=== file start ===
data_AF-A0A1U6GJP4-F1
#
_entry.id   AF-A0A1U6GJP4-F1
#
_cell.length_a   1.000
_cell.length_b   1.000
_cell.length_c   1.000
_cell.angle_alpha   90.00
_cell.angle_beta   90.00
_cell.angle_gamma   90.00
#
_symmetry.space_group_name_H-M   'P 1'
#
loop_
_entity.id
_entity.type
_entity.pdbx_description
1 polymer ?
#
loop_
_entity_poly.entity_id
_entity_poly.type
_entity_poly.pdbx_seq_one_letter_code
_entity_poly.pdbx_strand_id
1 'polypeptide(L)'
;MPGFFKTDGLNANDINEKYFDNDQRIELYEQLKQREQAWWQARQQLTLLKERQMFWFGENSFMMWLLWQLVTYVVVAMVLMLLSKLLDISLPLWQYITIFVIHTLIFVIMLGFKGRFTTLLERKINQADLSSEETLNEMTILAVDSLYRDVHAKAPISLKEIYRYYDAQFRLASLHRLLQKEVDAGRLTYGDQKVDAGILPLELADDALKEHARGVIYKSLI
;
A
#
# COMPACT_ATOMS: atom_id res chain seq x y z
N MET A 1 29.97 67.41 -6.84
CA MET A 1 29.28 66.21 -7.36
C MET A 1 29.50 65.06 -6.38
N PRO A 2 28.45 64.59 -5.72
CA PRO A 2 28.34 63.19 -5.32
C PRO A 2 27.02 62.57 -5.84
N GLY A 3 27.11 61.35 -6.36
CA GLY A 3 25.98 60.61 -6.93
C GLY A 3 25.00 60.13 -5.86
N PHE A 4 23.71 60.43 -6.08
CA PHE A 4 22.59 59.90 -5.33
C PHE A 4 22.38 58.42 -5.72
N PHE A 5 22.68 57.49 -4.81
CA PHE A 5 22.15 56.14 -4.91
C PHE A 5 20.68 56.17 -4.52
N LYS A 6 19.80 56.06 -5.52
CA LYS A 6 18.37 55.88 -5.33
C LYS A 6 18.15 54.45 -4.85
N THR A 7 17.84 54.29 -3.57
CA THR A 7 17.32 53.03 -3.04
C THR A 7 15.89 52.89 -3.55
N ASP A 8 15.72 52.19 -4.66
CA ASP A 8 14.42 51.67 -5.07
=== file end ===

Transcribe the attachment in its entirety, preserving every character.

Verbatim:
data_AF-A0A1U6GJP4-F1
#
_entry.id   AF-A0A1U6GJP4-F1
#
_cell.length_a   1.000
_cell.length_b   1.000
_cell.length_c   1.000
_cell.angle_alpha   90.00
_cell.angle_beta   90.00
_cell.angle_gamma   90.00
#
_symmetry.space_group_name_H-M   'P 1'
#
loop_
_entity.id
_entity.type
_entity.pdbx_description
1 polymer ?
#
loop_
_entity_poly.entity_id
_entity_poly.type
_entity_poly.pdbx_seq_one_letter_code
_entity_poly.pdbx_strand_id
1 'polypeptide(L)'
;MPGFFKTDGLNANDINEKYFDNDQRIELYEQLKQREQAWWQARQQLTLLKERQMFWFGENSFMMWLLWQLVTYVVVAMVLMLLSKLLDISLPLWQYITIFVIHTLIFVIMLGFKGRFTTLLERKINQADLSSEETLNEMTILAVDSLYRDVHAKAPISLKEIYRYYDAQFRLASLHRLLQKEVDAGRLTYGDQKVDAGILPLELADDALKEHARGVIYKSLI
;
A
#
# COMPACT_ATOMS: atom_id res chain seq x y z
N MET A 1 29.97 67.41 -6.84
CA MET A 1 29.28 66.21 -7.36
C MET A 1 29.50 65.06 -6.38
N PRO A 2 28.45 64.59 -5.72
CA PRO A 2 28.34 63.19 -5.32
C PRO A 2 27.02 62.57 -5.84
N GLY A 3 27.11 61.35 -6.36
CA GLY A 3 25.98 60.61 -6.93
C GLY A 3 25.00 60.13 -5.86
N PHE A 4 23.71 60.43 -6.08
CA PHE A 4 22.59 59.90 -5.33
C PHE A 4 22.38 58.42 -5.72
N PHE A 5 22.68 57.49 -4.81
CA PHE A 5 22.15 56.14 -4.91
C PHE A 5 20.68 56.17 -4.52
N LYS A 6 19.80 56.06 -5.52
CA LYS A 6 18.37 55.88 -5.33
C LYS A 6 18.15 54.45 -4.85
N THR A 7 17.84 54.29 -3.57
CA THR A 7 17.32 53.03 -3.04
C THR A 7 15.89 52.89 -3.55
N ASP A 8 15.72 52.19 -4.66
CA ASP A 8 14.42 51.67 -5.07